This past weekend was the Jenever Feest in Hasselt. I had been looking forward to this event for a while since it's my boyfriend's favorite festival of the year and he'd mentioned it several times. Hasselt is known for its jenever; it's even home to the National Jenever Museum. And during the Jenever Feest the city turns into one big party with jenever being served and drunk in every street.
Jenever, as I learned during my first week here, is a kind of gin native to the Netherlands and Belgium. (Jeneverbes is Dutch for juniper berry, which is what's used to flavor gin.) I could tell you more about what it is, exactly, and how it's made, except that I wasn't that interested in those sections of the Jenever Museum and was more focused on getting to the jenever tasting at the end.
My boyfriend prefers the old-style jenever (oude jenever or graanjenever), which is clear and very strong. It's always sipped, and savored, from a small glass--no ice and no mixers. I like a good gin-and-tonic as much as the next girl, but I can't imagine drinking gin straight.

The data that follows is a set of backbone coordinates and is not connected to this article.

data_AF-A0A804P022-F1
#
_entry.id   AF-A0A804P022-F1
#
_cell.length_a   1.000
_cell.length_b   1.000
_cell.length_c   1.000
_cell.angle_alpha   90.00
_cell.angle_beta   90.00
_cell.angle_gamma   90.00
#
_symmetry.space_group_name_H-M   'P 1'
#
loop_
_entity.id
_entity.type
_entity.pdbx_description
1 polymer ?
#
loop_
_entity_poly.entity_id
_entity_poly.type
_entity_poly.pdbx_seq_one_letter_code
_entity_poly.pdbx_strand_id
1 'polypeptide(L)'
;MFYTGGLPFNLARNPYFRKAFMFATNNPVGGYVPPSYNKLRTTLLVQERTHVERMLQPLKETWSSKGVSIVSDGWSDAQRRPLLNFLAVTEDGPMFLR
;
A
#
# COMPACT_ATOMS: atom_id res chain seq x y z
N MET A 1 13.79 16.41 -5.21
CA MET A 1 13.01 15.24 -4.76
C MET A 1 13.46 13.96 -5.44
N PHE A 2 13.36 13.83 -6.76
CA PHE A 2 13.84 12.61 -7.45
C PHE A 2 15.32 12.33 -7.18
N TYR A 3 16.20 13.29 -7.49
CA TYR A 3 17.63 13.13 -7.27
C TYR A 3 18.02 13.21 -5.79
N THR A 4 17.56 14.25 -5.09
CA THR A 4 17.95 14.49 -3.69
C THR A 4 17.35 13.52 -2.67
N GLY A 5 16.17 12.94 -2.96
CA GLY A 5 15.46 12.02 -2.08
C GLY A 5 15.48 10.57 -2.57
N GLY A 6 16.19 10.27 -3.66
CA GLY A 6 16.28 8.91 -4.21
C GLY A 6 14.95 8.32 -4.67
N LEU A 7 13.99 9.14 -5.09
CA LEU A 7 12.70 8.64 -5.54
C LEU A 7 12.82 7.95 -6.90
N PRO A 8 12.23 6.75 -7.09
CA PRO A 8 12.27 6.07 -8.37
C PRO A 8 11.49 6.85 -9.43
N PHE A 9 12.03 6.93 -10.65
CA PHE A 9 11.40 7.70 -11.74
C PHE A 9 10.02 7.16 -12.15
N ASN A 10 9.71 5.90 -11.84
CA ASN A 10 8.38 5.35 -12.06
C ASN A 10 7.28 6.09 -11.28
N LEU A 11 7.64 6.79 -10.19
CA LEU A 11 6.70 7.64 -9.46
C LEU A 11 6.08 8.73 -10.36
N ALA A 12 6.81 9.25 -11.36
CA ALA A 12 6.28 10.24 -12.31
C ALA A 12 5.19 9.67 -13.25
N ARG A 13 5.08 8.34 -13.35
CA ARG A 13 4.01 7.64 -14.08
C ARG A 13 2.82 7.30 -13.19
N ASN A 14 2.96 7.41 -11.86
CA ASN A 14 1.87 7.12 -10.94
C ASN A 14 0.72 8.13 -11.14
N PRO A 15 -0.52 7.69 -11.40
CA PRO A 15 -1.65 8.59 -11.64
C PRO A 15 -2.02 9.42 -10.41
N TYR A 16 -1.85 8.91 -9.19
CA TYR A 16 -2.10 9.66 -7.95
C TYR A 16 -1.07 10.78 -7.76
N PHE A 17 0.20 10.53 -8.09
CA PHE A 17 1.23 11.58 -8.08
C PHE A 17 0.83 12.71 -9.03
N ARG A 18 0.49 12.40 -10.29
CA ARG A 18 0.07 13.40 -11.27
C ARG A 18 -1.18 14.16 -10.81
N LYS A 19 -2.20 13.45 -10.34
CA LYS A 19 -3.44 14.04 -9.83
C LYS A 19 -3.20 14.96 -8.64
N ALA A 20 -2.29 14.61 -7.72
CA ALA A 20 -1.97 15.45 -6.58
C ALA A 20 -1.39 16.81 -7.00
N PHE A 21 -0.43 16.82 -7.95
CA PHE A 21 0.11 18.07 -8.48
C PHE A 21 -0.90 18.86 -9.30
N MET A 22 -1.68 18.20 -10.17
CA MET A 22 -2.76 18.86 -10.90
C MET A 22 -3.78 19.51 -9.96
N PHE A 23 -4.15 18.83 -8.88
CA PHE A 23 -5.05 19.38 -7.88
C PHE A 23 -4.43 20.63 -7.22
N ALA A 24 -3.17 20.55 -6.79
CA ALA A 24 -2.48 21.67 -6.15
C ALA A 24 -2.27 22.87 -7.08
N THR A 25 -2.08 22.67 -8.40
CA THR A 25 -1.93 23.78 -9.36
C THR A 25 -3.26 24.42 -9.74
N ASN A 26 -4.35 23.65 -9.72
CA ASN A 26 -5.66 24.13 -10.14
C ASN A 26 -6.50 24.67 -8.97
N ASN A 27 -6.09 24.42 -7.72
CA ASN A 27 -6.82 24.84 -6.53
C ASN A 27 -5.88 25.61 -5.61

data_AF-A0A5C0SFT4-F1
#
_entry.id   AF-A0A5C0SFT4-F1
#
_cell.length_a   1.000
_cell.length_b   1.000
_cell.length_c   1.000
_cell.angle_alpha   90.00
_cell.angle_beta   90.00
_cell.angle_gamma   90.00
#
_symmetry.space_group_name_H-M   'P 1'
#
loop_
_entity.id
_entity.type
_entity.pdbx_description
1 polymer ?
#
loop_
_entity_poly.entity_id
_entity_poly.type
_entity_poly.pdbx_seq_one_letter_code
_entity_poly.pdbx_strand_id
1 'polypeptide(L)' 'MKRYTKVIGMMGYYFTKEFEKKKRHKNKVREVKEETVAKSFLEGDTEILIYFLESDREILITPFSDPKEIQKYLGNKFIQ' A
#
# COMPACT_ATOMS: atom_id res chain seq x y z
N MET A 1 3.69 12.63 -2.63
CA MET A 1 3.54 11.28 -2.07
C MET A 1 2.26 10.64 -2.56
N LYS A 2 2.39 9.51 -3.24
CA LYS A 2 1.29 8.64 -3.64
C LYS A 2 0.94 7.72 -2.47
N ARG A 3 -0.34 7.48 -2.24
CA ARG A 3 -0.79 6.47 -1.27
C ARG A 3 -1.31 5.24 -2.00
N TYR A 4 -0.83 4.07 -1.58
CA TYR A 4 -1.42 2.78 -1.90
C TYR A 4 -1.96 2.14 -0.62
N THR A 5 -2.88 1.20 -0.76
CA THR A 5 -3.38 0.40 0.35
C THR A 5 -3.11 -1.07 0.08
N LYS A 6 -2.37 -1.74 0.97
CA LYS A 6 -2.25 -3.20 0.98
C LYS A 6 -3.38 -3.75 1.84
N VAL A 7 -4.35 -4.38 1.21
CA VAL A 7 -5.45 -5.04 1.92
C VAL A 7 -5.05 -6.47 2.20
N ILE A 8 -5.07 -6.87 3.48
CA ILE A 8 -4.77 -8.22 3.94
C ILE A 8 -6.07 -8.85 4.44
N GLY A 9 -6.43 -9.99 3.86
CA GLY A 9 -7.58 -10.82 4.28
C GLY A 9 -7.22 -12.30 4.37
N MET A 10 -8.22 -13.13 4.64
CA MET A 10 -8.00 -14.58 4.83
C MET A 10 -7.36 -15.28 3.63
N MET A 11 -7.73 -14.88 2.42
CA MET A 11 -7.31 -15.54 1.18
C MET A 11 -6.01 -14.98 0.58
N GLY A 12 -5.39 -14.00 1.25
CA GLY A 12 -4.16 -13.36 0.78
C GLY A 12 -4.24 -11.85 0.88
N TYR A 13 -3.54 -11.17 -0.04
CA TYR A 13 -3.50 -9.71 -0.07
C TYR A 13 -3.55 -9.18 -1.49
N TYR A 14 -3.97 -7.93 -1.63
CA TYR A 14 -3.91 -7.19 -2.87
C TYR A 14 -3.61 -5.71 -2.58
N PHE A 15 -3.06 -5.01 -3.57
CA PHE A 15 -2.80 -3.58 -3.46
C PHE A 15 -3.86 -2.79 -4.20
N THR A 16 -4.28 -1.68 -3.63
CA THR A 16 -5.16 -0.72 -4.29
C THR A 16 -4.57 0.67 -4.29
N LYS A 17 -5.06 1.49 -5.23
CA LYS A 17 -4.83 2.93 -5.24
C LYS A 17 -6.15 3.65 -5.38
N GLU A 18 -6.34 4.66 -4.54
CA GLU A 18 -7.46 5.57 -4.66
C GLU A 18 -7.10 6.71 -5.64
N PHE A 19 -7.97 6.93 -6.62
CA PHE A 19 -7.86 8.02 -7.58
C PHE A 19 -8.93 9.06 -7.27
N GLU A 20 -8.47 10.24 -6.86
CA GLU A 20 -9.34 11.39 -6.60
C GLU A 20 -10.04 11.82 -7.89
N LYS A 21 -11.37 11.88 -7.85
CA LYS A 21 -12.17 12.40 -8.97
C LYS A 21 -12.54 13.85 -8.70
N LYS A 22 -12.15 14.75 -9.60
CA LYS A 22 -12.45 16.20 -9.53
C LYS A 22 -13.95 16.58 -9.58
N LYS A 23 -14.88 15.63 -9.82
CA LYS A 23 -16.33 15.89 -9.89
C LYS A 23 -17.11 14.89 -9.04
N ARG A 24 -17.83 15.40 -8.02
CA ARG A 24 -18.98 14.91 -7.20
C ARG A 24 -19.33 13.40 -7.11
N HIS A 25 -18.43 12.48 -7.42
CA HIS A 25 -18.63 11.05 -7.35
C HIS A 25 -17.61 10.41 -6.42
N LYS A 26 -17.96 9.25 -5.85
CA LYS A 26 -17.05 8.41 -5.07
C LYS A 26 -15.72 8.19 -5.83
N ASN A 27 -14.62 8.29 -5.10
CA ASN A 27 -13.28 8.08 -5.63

Luckily for me, there are all kinds of sweet, flavored jenevers too. These fall into two main categories: the cream jenevers and the fruit jenevers. I like both, but I'm partial to the chocolate (which falls into the cream category) and the berry flavor.
I decided to look in our liquor cabinet and see what kinds of jenever we have in the house for the purposes of illustration. Sure enough, there's a bottle of the classic old-style jenever by Smeets, which is a distillery based in Hasselt, plus some flavored jenevers. Cactus is apparently one of the more popular flavors, and we've got some hazelnut and passionfruit too.
I took the opportunity to sample several different kinds of jenever at the festival: fig, blood orange, berry, lemon, vanilla and speculaas. I also saw lychee jenever for the first time and had to try it, despite the fact that it was bright pink. My boyfriend stuck to the old-style jenever, with the end result that he got drunk twice as fast as the rest of us, since it has twice the alcohol content as the flavored ones.